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FAQs on Marine Freshwater Quality involving Nitrates: Chemical/Physical Filtration

Related Articles: Nitrates in Freshwater Aquariums, Establishing Cycling, Freshwater Filtration, Know Your Filter Media, A Concise Guide to Your Options by Neale Monks, Setting up a Freshwater Aquarium, Tips for BeginnersWater Quality and Freshwater Aquariums

Related FAQs: Nitrates 1, Nitrates 2, & FAQs on FW Nitrates: Importance, Science, Measure, Sources, Control, Troubleshooting/Fixing, & Ammonia, FW Nitrites, Biological Filtration, Freshwater Nutrient Cycling, Establishing Cycling 1,

There are some products that work short term (neutralize the NO3 present) and some that go on possibly to spur nitrification long-term. There are also some notorious "phony" cures.
Carbon won't remove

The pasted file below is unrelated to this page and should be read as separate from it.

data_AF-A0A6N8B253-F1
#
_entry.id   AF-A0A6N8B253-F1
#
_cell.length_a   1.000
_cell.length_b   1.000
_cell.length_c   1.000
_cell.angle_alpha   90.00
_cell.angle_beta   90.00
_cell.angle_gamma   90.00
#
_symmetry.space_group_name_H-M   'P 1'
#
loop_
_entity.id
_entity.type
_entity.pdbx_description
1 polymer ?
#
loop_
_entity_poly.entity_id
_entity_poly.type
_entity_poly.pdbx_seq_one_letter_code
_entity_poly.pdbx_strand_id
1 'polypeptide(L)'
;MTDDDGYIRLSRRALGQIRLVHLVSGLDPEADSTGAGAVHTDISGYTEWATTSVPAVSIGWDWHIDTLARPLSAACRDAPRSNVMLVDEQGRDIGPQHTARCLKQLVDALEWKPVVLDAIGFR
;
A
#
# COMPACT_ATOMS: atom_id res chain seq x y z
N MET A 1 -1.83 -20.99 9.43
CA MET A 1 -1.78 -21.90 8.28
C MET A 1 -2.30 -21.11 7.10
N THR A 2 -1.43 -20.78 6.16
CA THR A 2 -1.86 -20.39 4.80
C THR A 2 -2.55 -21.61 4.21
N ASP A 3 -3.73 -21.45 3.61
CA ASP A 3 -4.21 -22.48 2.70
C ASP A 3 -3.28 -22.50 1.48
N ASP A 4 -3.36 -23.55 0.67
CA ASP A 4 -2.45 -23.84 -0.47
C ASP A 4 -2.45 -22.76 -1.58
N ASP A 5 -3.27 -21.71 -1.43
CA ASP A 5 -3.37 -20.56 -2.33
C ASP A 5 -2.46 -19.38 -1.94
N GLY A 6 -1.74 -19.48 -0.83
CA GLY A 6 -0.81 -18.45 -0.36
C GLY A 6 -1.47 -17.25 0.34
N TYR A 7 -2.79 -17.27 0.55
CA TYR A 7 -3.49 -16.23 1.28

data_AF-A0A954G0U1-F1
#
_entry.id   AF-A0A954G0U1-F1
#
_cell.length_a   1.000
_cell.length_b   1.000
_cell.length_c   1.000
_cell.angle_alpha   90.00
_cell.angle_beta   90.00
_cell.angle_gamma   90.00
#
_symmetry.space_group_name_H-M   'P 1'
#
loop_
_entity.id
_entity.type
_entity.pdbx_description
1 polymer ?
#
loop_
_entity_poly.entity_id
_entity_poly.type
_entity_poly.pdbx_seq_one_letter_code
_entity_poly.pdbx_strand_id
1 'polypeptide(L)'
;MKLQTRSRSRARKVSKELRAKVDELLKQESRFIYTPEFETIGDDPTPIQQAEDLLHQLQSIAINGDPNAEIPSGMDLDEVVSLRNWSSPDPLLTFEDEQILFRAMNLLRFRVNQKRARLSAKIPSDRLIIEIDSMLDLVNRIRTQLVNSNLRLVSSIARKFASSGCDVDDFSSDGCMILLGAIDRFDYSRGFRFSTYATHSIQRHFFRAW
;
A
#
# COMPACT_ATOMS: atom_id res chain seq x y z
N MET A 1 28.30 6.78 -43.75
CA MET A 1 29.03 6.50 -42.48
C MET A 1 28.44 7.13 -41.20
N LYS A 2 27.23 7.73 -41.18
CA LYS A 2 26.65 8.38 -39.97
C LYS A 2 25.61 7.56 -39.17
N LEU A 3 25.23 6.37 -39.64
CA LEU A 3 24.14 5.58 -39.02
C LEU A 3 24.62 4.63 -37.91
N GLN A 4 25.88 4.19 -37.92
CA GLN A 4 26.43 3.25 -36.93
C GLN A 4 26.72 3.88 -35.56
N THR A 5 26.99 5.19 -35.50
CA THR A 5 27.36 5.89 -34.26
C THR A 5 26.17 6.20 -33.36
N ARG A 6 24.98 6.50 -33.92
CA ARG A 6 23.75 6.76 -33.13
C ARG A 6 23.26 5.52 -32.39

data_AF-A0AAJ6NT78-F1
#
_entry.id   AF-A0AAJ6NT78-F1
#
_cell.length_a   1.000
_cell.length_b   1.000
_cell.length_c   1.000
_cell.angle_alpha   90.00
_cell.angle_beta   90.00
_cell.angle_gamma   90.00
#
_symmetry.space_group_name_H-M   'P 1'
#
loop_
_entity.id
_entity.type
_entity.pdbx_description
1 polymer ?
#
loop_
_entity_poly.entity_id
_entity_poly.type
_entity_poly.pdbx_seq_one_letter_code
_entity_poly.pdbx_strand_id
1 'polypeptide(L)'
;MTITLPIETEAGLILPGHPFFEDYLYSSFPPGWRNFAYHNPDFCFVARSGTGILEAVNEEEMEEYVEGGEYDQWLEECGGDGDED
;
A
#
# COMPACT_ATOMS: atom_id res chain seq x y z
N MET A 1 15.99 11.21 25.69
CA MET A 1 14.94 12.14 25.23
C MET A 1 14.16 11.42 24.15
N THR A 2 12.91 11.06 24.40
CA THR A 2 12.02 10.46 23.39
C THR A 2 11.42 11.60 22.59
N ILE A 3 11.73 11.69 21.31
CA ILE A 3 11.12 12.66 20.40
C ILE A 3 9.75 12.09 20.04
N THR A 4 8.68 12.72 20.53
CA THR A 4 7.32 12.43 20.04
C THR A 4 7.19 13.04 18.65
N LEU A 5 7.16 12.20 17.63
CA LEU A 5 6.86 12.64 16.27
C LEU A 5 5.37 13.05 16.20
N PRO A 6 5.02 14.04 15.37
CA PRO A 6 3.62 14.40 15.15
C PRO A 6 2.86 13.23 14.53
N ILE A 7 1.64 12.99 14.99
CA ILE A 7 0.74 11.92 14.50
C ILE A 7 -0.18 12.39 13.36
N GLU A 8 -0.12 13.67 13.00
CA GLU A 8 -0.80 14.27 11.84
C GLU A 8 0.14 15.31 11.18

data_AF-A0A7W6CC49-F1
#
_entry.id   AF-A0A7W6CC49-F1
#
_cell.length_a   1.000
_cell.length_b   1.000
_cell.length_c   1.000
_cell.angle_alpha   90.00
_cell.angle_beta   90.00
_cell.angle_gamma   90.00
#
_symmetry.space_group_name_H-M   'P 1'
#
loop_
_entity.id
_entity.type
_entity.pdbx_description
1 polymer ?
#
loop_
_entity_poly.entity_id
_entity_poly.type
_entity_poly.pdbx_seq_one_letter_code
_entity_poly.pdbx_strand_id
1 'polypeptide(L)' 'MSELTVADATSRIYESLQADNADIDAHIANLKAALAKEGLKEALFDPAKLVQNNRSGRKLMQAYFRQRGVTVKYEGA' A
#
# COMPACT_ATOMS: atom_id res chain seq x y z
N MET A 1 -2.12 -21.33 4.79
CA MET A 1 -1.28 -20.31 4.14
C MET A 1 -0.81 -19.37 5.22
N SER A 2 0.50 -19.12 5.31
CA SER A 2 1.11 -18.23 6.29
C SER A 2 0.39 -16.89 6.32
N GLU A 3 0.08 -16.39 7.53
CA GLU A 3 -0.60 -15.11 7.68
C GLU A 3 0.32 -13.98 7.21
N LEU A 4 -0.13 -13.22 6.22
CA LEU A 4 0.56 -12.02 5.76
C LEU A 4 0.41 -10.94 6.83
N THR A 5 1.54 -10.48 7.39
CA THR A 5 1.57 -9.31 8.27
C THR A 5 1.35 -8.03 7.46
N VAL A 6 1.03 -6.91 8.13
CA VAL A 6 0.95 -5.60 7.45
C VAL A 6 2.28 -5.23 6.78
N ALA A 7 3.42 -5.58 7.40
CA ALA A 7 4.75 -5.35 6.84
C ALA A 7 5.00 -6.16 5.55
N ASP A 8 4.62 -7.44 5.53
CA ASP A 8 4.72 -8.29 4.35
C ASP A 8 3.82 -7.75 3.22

Nitrite levels waaaaaaaaay high - ugh.  9/2/07 Neale, <Kristi,> OK - now I'm thoroughly confused. <Pray tell...> Regarding my nitrite levels - they were and still are reading 2.0 mg/L. I double checked the color card (API test) and that's what it is and has been. <OK. Well, not actually OK, but OK as in I understand.> Other levels are as follows: Nitrate ~10 mg/l (and on its way down), ammonia 0, ph consistent at ~ 7.7. <These are fine.> Given that 1 m/mg./l nitrite is lethal and my fish are still alive, what is going on? The 35% water change yesterday didn't do a thing to reduce the nitrite 2.0 levels. The test kit suggests the following actions when initial levels are high: <1 mg/l is a ball-park figure. It varies. 0.2 mg/l will kill Tanganyikan cichlids pretty quickly, while mudskippers (adapted to resting in burrows when the tide is out) will take levels of ammonia and nitrite much higher than most fishes. So it varies. What nitrite does is stress the fish, damaging tissues and messing up its immune system. In the long term, a tank maintained at 2 mg/l nitrite is unhealthy, and the mortality of the fish will be high.> 1. Add a Nitra-Zorb to the filter, <Waste of time.> 2. Add bacterial supplement to help speed the development of the bio filter, <Waste of money, except perhaps in the case of BioSpira and Tetra Safe Start, which are "live" bacteria cultures. By contrast, filter-boosters and filter-aids have had very mixed reviews from aquarists, and are probably not all that useful.> and 2. Add aquarium salt to reduce nitrite toxicity to fish while the natural filter is removing the nitrite. <Possibly an option. The livebearers and glassfish obviously won't mind this at all.> Question: Is adding *any* salt a good idea given I have an ADF and dwarf Gourami? If so, at what dose? <It's a case of "less of two evils". As a short-term supportive, salt has some value here. You don't need Aquarium Salt for this, plain non-iodized cooking salt will do just fine (this is sometimes sold as Sea Salt for example). Use small amounts at first, perhaps 1 gramme per litre. If the fish are basically fine, I'd back off using salt, and just cut back the food and let the filter develop speedily. Regular water changes will dilute the nitrite enough to keep the fish healthy, all things being equal. This is "cycling with fish" basically, and done properly, works fine. It's the old fashioned approach to be sure, and done badly ends up with a lot of dead fish, which is why so many books recommend fish-less cycling instead.> What could be causing such high nitrite levels? <It would appear that your nitrifying (ammonia -> nitrite) bacteria are all in good shape, but the nitrifying (nitrite -> nitrate) bacteria are for some reason not doing their job. Give it 2-3 weeks more and you should be fine. In the meantime, do everything you can to optimise conditions for the fish and the bacteria. You already have an alkaline pH and fairly high hardness, which is what the filter bacteria like (they HATE soft/acid water!) but they also need lots of oxygen, so check circulation of the water is adequate. Also make sure the filter is sufficiently large, and not filled with worthless rubbish like carbon. What you want is plenty of good quality biological filter media. Sponge and ceramic hoops are best, but filter wool will do too. Make sure the media aren't clogged up.> Kristi <Hope this helps, Neale>